Gilani says Pak soil should not be used for terrorism

Prime Minister Yousuf Raza Gilani on Monday indirectly acknowledged that the US had provided a list of five top terrorists it wanted Pakistan to take action against.

Islamabad: Prime Minister Yousuf Raza
Gilani on Monday indirectly acknowledged that the US had provided
a list of five top terrorists it wanted Pakistan to take
action against and said Pakistani soil should not be used for
terrorism directed against any country.

"As far as the list is concerned, they (the US) have
always had concerns about the (militant) leadership and
commanders affiliated with al Qaeda.

"We also have concerns that Pakistani soil should not
be used for terrorism," Gilani told a news conference in
Quetta, the capital of Balochistan province.

Gilani was responding to a question on whether US
Secretary of State Hillary Clinton had handed over a list of
wanted terrorist leaders during her recent visit to Pakistan.

"If they spoke of any list, naturally there is
intelligence-sharing by the ISI... but they must be related to
al-Qaeda," he said.

Reports said the US list featured the names of
al Qaeda mastermind Ilyas Kashmiri, Ayman al-Zawahiri, Afghan
Taliban chief Mullah Omar, commander Siraj Haqqani and Atiya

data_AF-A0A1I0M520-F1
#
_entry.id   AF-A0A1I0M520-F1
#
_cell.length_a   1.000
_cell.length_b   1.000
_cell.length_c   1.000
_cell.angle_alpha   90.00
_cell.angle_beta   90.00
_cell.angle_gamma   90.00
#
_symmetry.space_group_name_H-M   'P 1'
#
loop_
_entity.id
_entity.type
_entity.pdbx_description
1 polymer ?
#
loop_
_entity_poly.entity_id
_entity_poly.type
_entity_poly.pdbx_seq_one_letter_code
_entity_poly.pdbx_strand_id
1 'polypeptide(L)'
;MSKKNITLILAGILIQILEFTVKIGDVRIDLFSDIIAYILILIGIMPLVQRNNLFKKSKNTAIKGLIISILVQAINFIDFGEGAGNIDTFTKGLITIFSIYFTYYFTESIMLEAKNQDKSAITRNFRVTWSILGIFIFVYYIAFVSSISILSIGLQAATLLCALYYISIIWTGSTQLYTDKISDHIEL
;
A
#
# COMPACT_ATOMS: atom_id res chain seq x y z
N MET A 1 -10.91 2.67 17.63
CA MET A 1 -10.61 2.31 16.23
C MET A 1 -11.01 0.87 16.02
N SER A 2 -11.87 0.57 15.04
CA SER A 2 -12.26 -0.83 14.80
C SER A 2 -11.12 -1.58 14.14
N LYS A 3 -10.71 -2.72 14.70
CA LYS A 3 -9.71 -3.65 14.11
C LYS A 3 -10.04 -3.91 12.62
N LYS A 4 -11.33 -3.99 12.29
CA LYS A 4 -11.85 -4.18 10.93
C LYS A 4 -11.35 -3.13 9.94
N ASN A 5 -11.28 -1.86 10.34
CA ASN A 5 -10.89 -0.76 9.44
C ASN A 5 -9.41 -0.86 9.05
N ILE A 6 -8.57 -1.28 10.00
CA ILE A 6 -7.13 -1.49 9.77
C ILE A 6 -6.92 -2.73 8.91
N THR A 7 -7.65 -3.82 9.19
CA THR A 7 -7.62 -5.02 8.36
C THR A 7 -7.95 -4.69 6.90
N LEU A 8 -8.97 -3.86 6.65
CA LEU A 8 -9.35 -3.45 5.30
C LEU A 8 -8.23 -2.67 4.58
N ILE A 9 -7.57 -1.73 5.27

Abdel Rahman, the Libyan operations chief of al Qaeda.

Kashmiri was reportedly killed in a US drone strike in
South Waziristan on Friday.

Asked about the reports of Kashmiri`s death, Gilani
replied: "As far as the death of Ilyas Kashmiri is concerned,
America has confirmed that his death occurred on Friday".

Gilani said it was "illegal" for Pakistani soil to be
used for terrorism against a third country.

"We should make efforts to ensure that foreign
terrorists do not come to Pakistan and indulge in terrorism as
this creates problems for Pakistan," Gilani added.

He appealed to the political leadership and media to
identify the "black sheep who are involved in disturbing peace
and (in) killings", saying it was "not good" for Pakistan that
terrorists like Osama bin Laden had been found in the country.

Such developments bring a bad name to the country and
embarrass expatriate Pakistanis, he said.

Replying to a question on the US continuing its
campaign of drone strikes in Pakistan`s tribal belt despite a
parliamentary resolution condemning the attacks, Gilani said
the government had informed Secretary of State Hillary Clinton
that the resolution was "morally binding".

"There is pressure from the parliament on the
government. We have told them that Pakistan should get the
drone technology and be in the driving seat.

"We are taking up this issue through diplomatic
channels as a responsible nuclear state and we are hopeful we
will convince them," he said.

Gilani, who visited Balochistan to assess the law and
order situation in the restive province, said Pakistan wants
to maintain "excellent relations with our neighbours, whether
it is India, Afghanistan or Iran".

It also wants relations on the basis of mutual respect
and mutual interest with the West, including the US, he said.

In response to a question, he said no agreement had
been finalised for China to take up the Gwadar port. He said
he was "not aware of the context" of Defence Minister Chaudhry
Ahmed Mukhtar`s remarks in this regard.

"We have an agreement with Singapore (on operating
Gwadar port) and till it is done away with, we cannot talk to
anyone else," he said.


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